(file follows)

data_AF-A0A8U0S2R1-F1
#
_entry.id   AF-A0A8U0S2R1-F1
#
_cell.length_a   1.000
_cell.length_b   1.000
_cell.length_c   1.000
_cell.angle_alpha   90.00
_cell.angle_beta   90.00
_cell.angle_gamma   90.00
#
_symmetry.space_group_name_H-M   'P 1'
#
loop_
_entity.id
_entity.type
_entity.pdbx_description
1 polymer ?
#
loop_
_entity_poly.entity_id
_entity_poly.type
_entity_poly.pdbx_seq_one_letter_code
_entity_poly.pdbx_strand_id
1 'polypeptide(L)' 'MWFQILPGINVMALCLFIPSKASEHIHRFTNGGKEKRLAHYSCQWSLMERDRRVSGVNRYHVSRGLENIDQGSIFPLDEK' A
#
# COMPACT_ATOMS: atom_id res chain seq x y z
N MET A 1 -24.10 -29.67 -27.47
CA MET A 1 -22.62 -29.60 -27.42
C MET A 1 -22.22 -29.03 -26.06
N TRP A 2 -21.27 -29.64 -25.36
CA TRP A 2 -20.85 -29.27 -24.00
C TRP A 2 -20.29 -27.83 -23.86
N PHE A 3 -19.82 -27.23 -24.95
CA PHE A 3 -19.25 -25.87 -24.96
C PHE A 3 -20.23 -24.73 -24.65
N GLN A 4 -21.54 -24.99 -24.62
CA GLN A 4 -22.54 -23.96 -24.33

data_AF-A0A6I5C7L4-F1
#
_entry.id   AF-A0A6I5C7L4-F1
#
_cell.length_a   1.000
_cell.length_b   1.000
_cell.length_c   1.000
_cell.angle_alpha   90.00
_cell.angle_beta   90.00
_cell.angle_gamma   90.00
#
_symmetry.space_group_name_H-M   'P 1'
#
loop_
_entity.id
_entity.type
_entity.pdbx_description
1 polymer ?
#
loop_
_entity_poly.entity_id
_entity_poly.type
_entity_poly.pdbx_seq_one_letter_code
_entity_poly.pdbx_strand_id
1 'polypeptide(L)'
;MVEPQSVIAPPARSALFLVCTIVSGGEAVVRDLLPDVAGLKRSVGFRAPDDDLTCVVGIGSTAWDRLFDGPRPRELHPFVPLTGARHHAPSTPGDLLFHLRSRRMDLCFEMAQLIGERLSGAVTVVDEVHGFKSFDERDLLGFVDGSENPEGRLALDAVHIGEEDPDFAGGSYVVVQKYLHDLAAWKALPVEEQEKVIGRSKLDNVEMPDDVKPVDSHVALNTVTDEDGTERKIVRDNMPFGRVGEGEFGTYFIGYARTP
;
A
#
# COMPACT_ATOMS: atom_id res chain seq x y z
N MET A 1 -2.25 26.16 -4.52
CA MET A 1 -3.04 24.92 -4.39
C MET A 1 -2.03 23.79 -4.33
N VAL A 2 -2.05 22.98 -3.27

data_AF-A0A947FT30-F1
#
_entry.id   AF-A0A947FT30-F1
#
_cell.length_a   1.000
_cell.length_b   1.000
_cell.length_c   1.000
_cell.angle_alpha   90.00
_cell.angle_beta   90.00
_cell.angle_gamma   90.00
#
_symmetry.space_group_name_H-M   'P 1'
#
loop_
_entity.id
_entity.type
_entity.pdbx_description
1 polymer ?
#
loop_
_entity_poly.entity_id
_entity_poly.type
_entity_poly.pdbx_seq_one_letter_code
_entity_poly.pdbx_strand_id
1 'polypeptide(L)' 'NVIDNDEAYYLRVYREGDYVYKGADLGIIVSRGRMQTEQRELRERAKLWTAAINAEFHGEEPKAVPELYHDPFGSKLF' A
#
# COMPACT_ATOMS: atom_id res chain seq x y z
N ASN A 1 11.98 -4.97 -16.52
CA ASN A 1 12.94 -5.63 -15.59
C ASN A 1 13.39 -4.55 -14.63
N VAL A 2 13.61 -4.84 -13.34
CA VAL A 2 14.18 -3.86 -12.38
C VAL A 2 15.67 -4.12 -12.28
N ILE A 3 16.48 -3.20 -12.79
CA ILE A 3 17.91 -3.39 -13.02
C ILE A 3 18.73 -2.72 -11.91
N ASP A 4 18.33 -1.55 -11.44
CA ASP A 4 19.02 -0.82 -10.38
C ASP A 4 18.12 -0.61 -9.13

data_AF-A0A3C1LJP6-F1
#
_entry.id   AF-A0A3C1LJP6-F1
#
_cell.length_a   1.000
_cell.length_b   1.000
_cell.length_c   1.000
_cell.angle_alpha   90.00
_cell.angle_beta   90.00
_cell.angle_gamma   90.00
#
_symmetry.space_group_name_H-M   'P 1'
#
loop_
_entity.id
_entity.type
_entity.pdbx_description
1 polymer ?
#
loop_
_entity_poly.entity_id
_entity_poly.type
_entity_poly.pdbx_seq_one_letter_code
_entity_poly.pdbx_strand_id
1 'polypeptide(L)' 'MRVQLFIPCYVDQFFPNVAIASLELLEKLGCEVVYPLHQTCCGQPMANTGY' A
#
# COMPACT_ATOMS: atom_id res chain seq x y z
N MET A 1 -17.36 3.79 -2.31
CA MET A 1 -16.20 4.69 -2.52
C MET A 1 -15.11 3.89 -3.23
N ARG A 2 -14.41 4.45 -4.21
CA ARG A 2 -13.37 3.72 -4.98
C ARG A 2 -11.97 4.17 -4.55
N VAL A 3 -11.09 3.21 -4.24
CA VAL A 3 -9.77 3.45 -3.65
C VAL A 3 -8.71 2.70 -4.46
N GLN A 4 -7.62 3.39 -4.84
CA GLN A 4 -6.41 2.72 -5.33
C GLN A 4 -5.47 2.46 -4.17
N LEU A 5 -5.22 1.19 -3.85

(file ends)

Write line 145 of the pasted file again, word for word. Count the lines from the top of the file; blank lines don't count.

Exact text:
N VAL A 3 -11.09 3.21 -4.24